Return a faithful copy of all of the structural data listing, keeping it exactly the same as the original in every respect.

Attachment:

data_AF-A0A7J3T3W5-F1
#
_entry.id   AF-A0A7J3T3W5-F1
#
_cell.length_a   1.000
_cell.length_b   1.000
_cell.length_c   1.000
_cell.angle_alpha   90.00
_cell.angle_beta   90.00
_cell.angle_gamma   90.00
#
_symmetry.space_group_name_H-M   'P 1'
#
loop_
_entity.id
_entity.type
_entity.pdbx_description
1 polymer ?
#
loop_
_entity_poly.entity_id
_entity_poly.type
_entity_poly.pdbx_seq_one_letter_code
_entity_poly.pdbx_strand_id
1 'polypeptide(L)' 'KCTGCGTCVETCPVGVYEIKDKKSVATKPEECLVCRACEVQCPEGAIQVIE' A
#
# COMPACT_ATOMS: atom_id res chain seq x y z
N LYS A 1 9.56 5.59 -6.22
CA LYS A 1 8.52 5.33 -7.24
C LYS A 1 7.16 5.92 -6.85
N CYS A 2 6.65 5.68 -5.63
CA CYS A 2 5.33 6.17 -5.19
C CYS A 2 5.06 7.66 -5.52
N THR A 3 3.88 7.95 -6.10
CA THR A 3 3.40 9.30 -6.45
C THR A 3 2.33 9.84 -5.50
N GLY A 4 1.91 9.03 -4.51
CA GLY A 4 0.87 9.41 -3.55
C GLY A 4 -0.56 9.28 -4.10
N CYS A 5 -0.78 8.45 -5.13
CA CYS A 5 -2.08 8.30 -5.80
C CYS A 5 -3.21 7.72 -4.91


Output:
data_AF-A0A7J3T3W5-F1
#
_entry.id   AF-A0A7J3T3W5-F1
#
_cell.length_a   1.000
_cell.length_b   1.000
_cell.length_c   1.000
_cell.angle_alpha   90.00
_cell.angle_beta   90.00
_cell.angle_gamma   90.00
#
_symmetry.space_group_name_H-M   'P 1'
#
loop_
_entity.id
_entity.type
_entity.pdbx_description
1 polymer ?
#
loop_
_entity_poly.entity_id
_entity_poly.type
_entity_poly.pdbx_seq_one_letter_code
_entity_poly.pdbx_strand_id
1 'polypeptide(L)' 'KCTGCGTCVETCPVGVYEIKDKKSVATKPEECLVCRACEVQCPEGAIQVIE' A
#
# COMPACT_ATOMS: atom_id res chain seq x y z
N LYS A 1 9.56 5.59 -6.22
CA LYS A 1 8.52 5.33 -7.24
C LYS A 1 7.16 5.92 -6.85
N CYS A 2 6.65 5.68 -5.63
CA CYS A 2 5.33 6.17 -5.19
C CYS A 2 5.06 7.66 -5.52
N THR A 3 3.88 7.95 -6.10
CA THR A 3 3.40 9.30 -6.45
C THR A 3 2.33 9.84 -5.50
N GLY A 4 1.91 9.03 -4.51
CA GLY A 4 0.87 9.41 -3.55
C GLY A 4 -0.56 9.28 -4.10
N CYS A 5 -0.78 8.45 -5.13
CA CYS A 5 -2.08 8.30 -5.80
C CYS A 5 -3.21 7.72 -4.91